The Mexican government said Saturday it had started the process to extradite captured cartel kingpin Joaquín “El Chapo” Guzmán Loera to the United States, where he would face organized crime, drug and money laundering charges – and presumably find it harder to escape from prison for a third time.
“With the capture of Guzmán Loera it should start the respective extradition proceedings, which, according to the Extradition Law, has several steps,” the attorney general’s office said in a statement.
The office gave no timetable for the process, though Guzmán, upon being notified, had three days to contest the extradition and 20 days to present evidence in his defense. Guzmán also had the right to seek injunctions against his extradition, but the attorney general’s office says he had unsuccessfully sought similar actions while on the lam for the past six months.
U.S. officials twice requested Guzmán’s extradition in July and August of 2015 after he had slipped out of a maximum-security prison through an almost mile-long tunnel. Federal judges accepted the requests and issued arrest warrants for the purpose of extradition.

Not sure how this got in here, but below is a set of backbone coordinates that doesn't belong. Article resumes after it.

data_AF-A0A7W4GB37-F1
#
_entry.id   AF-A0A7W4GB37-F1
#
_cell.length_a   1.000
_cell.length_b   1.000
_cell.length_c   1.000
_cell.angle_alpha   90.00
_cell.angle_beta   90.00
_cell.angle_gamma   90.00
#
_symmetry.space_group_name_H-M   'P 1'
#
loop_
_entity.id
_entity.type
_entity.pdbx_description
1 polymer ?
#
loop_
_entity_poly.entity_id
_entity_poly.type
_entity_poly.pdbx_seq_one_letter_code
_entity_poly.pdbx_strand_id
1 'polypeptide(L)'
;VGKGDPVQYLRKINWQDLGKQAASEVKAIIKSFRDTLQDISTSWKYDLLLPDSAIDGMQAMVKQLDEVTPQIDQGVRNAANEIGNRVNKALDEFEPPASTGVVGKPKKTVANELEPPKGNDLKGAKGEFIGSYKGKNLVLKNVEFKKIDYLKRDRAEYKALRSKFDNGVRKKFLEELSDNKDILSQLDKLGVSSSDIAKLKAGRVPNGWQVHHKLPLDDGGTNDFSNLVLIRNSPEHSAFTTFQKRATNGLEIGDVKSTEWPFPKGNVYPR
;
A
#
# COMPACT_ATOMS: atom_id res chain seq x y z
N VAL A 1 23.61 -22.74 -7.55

The extradition issue has been a thorny one for Mexico, which preferred to imprison Guzmán near Mexico City instead of sending him to the United States – in spite of fears he might escape.
Extradition requests made after his February 2014 arrest, but prior to his escape, were denied. The then-attorney general Jesús Murillo Karam infamously said Guzmán would go to the United States after serving his sentence in Mexico, “(In) about 300, 400 years.”
Extraditions of cartel bosses have been carried out since Guzmán’s most recent escape. Texas-born enforcer Edgar Valdéz Villarreal, better known as “La Barbie,” plead guilty to drug charges in an Atlanta court last week.
Some in Mexico expressed opposition to the extradition of high-profile criminals, however.
“I don’t see it as correct that to pay for the sins of Mexican authorities, their responsibilities should be discharged in another country,” said Francisco Martínez Neri, leader of the left-wing Democratic Revolution Party in the lower house of Congress.
SOURCE: David Agren and Katharine Lackey